> Rachmaninov (Piano Concerto No.3) - Chinese Folk Melody - Scriabin [CH]: Classical CD Reviews- Jun2002 MusicWeb(UK)

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Sergei RACHMANINOV (1873-1943)
Piano Concerto no. 3 in d, op. 30 (1)

Liu Yang River (2)
Alexander SCRIABIN (1872-1915)

Etudes: op.2/1, op. 8/2, 3, 8, 10, 11, 12, op. 42/4, 3, op. 65/3 (3)
Lang Lang (pianoforte)
St. Petersburg Philharmonic Orchestra/Yuri Temirkanov (1)
Recorded 22.8.2001, Royal Albert Hall, London, live (1, 2)
20.10.2001, Oberlin College, Ohio (3)
TELARC CD 80582 [71’ 48"]


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The booklet contains the usual assurances about "history in the making" etc, but we’re used to this and wary. I would single out the op. 8/11 étude as evidence that this is an artist of real quality. This dreamy music is caught to absolute perfection and with rare poetry. In general the Scriabin group is handled with both great observance of the score and total spontaneity. The naturalness of Lang Lang’s talent is not in doubt. However, I would point to op. 8/12 which, among much that is sweepingly fine, sounds a warning bell or two. Lang Lang has a habit, when the music is building up to a climax, of pulling back, drifting into a piano and then starting to build up again. This could become a mannerism if it is not checked, and I think it accounts for the fact that the Rachmaninov (I noted a particular example of this in the first movement cadenza) is more effective in reverie than in surging climaxes.

Granted that Lang Lang and Temirkanov seem to be agreed in presenting a rather elegiac view of the concerto – on his own the conductor gets lethargic at times – and granted that there is a lot of highly poetic work here, the performance seems not yet entirely focused. In the second movement, in particular, changes of tempo sometimes burst upon us, spoiling the flow and segmenting the music.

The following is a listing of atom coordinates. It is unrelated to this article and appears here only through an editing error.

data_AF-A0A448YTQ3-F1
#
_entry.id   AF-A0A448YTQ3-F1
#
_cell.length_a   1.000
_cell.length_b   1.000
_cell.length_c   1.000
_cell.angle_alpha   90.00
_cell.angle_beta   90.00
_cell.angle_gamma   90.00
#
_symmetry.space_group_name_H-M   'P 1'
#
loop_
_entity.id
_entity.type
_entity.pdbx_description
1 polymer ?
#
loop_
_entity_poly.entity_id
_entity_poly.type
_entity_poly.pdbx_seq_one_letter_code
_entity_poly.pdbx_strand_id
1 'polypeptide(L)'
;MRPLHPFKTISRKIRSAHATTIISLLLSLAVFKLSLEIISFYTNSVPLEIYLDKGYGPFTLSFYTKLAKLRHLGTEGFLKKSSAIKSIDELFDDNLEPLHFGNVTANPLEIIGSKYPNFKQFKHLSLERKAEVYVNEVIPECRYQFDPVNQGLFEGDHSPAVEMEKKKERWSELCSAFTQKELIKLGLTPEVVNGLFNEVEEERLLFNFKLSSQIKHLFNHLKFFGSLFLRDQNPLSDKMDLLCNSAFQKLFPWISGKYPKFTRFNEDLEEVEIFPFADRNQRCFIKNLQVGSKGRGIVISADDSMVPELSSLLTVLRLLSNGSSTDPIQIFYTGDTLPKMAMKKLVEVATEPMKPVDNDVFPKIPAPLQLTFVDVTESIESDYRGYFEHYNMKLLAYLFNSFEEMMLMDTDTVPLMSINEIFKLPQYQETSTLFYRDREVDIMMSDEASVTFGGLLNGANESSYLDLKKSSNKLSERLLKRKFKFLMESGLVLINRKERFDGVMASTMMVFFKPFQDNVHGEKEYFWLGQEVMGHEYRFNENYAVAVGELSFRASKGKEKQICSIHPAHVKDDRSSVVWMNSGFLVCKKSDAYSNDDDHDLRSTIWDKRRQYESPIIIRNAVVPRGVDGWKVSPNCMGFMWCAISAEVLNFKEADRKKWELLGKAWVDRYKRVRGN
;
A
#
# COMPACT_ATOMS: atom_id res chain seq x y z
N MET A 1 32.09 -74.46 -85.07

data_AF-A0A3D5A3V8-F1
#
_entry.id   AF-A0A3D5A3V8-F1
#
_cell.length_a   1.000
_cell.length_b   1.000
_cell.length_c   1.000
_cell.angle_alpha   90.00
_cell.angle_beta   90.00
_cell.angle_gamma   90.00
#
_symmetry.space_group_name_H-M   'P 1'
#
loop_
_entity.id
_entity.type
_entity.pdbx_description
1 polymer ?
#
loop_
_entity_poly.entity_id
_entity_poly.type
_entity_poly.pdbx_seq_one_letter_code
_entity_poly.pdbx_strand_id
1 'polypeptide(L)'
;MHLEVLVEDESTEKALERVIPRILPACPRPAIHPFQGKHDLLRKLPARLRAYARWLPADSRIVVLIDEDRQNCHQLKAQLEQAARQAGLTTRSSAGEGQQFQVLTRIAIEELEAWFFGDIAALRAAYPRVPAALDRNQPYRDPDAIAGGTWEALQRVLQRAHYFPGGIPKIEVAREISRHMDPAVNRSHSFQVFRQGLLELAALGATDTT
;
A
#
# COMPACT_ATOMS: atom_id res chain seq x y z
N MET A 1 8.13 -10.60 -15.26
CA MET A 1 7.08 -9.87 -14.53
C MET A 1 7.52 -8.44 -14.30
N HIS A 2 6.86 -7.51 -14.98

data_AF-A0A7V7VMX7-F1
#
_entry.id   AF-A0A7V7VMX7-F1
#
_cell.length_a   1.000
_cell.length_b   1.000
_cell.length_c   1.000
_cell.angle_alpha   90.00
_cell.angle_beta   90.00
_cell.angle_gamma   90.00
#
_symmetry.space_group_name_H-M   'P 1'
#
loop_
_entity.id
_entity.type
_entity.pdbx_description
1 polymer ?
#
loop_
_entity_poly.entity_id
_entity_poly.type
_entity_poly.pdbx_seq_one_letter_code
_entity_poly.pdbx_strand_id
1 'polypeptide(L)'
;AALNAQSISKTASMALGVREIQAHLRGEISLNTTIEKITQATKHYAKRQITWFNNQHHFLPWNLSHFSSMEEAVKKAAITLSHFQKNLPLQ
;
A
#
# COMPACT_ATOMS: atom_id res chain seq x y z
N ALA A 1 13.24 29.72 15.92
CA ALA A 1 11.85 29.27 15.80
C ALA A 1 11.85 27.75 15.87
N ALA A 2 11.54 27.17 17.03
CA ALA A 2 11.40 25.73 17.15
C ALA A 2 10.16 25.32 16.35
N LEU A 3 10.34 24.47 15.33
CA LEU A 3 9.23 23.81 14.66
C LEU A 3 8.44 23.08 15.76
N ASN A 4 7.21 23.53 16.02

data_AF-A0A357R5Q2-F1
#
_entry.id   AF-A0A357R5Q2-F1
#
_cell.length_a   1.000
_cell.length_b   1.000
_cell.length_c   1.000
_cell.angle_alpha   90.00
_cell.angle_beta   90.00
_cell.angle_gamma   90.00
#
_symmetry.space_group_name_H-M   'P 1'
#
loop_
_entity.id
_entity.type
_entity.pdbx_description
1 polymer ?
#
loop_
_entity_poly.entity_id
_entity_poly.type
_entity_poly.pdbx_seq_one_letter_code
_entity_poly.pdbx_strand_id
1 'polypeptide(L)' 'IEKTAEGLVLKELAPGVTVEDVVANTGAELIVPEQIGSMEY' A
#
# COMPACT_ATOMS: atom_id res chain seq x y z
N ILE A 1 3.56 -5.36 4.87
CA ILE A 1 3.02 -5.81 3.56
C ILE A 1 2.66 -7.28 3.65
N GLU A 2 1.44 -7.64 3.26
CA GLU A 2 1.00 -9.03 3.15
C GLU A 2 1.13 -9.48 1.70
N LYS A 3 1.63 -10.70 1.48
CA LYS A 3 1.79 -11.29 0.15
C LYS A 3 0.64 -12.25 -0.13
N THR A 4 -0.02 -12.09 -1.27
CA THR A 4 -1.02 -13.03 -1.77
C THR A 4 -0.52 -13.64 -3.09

Another reason why this is a nice souvenir of an artist who is surely here to stay rather than a first choice for Rach 3 is that the recording is not ideally balanced. Near the beginning the piano seemed too forward, obscuring the melodic writing in the strings, then later some wind solos, particularly from the bassoon, popped right out, yet, when we really needed to hear them, as when in the second movement the first movement main theme is recalled against iridescent piano writing, these same wind instruments are hardly audible. The microphones have concentrated on the strings’ front desks to the extent that we hear their individual vibrato, and this has the effect of making it sound as though they are only about four to the part, which I presume was not the case.

So, a slightly guarded welcome, and a suggestion that Lang Lang works, at least on record, mainly on smaller canvasses for the moment (more Scriabin? Some Chopin?) until he has filled out to heroic-concerto size. But, if you want to follow the career of a highly promising talent, don’t hesitate, and some of the Scriabin performances will not be easily bettered elsewhere.

Christopher Howell

See also review by Jonathan Woolf

Marc Bridle interviews lang Lang

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